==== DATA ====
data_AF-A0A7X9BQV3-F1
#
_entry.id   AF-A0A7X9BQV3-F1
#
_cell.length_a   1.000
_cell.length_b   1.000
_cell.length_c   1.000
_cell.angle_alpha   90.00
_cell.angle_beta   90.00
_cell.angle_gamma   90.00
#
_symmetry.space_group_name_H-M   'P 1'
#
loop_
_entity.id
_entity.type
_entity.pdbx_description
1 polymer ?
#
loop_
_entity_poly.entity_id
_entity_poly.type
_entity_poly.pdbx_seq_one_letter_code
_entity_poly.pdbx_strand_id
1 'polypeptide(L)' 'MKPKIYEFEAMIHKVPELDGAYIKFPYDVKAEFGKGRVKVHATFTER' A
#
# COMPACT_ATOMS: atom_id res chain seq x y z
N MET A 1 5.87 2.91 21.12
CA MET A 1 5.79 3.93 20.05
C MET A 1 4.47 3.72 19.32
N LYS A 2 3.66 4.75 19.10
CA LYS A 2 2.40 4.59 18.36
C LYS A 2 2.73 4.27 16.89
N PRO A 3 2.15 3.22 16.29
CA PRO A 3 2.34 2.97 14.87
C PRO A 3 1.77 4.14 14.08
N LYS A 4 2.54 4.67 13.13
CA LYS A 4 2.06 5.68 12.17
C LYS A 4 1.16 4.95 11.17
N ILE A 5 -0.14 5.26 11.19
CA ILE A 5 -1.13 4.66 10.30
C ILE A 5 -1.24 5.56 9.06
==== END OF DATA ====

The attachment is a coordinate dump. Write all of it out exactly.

data_AF-A0A7X9BQV3-F1
#
_entry.id   AF-A0A7X9BQV3-F1
#
_cell.length_a   1.000
_cell.length_b   1.000
_cell.length_c   1.000
_cell.angle_alpha   90.00
_cell.angle_beta   90.00
_cell.angle_gamma   90.00
#
_symmetry.space_group_name_H-M   'P 1'
#
loop_
_entity.id
_entity.type
_entity.pdbx_description
1 polymer ?
#
loop_
_entity_poly.entity_id
_entity_poly.type
_entity_poly.pdbx_seq_one_letter_code
_entity_poly.pdbx_strand_id
1 'polypeptide(L)' 'MKPKIYEFEAMIHKVPELDGAYIKFPYDVKAEFGKGRVKVHATFTER' A
#
# COMPACT_ATOMS: atom_id res chain seq x y z
N MET A 1 5.87 2.91 21.12
CA MET A 1 5.79 3.93 20.05
C MET A 1 4.47 3.72 19.32
N LYS A 2 3.66 4.75 19.10
CA LYS A 2 2.40 4.59 18.36
C LYS A 2 2.73 4.27 16.89
N PRO A 3 2.15 3.22 16.29
CA PRO A 3 2.34 2.97 14.87
C PRO A 3 1.77 4.14 14.08
N LYS A 4 2.54 4.67 13.13
CA LYS A 4 2.06 5.68 12.17
C LYS A 4 1.16 4.95 11.17
N ILE A 5 -0.14 5.26 11.19
CA ILE A 5 -1.13 4.66 10.30
C ILE A 5 -1.24 5.56 9.06